From Nigel Mann:
Four-part chorus in plain-tailed wrens (Thryothorus euophrys).
p-t fig, 2nd.wav – This is a wren chorus of the type shown in the sonogram at right. Males sing the first and third elements (under blue bars) in each segment, and females interpose the second and fourth elements (under red bars). Double bars mean two birds are singing in unison (210 KB WAV file).
p-t long song.wav – This is a longer recording of the same species (1 MB WAV file).
From Lauryn Benedict:
Male-female duet in the California towhee, a rare temperate zone example of this behavior.
CALT song (161) 4-14-05.wav – This is an example of a typical male solo song (324 KB WAV file).
CALT duet (27&42) 6-28-04.wav – This duet of a male and female incorporates elements which males rarely sing alone. Females never sing other song types at all (453 WAV file).
From Daniel Mennill and Amy Rogers:
Eastern whipbird (Psophodes olivaceus) males start a duet with a whistle and a sound like a cracking whip.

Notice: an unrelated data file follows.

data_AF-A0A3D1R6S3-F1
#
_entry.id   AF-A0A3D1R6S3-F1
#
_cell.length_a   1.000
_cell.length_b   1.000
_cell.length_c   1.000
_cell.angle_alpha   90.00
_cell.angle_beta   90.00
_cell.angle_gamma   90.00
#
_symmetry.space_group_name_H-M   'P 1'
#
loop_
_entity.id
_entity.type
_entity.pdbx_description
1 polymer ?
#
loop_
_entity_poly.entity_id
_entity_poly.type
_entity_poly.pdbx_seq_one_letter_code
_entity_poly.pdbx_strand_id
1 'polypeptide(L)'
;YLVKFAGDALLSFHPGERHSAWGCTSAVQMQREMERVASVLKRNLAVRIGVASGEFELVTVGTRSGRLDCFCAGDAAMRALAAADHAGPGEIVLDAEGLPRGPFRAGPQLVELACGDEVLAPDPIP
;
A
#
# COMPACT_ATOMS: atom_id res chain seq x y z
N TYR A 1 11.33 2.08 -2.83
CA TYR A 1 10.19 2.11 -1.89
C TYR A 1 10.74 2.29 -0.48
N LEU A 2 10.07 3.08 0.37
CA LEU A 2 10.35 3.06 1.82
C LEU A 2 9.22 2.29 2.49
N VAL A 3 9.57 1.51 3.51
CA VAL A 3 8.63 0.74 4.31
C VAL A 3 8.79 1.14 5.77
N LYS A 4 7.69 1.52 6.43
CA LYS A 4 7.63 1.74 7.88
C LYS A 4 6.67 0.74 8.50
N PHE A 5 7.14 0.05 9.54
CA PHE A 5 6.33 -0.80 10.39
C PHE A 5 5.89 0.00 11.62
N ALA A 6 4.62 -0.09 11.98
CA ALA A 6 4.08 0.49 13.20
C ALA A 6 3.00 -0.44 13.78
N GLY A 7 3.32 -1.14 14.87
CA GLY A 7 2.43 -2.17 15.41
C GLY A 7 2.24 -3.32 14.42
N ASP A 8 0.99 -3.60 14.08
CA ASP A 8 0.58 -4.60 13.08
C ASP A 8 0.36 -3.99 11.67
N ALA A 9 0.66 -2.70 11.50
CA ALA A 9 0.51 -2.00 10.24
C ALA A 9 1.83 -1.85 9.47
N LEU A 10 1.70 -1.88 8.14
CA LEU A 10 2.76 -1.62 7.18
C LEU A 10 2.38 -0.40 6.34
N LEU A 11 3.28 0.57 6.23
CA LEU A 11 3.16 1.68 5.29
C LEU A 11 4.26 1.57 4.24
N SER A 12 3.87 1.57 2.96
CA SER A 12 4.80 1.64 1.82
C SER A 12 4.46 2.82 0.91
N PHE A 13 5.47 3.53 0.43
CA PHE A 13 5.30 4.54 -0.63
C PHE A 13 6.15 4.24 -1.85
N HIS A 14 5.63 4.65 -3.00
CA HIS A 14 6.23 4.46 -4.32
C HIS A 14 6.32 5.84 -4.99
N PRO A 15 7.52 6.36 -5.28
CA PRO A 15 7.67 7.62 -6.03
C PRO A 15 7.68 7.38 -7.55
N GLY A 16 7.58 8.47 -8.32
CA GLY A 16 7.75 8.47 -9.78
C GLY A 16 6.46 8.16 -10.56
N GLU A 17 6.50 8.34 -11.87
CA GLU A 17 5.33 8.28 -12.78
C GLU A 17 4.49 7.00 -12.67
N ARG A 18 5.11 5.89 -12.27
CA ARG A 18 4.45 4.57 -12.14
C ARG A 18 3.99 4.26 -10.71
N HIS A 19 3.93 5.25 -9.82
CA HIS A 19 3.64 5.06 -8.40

The researchers include sonograms and sound files showing the regional variation found in female contributions to duets on their Web site at: http://web2.uwindsor.ca/courses/biology/dmennill/EAWH.html.
From Daniel Mennill:
Long-tailed manakins represent a rare example of a male-male duet.
Daniel Mennill’s Web site includes a page with the “toledo” duet by two courting males, as well as other phrases used in the courting display at: http://web2.uwindsor.ca/courses/biology/
From Sharon Gill:
Buff-breasted wren (Thryothorus leucotis) males and females trade parts back and forth within seconds.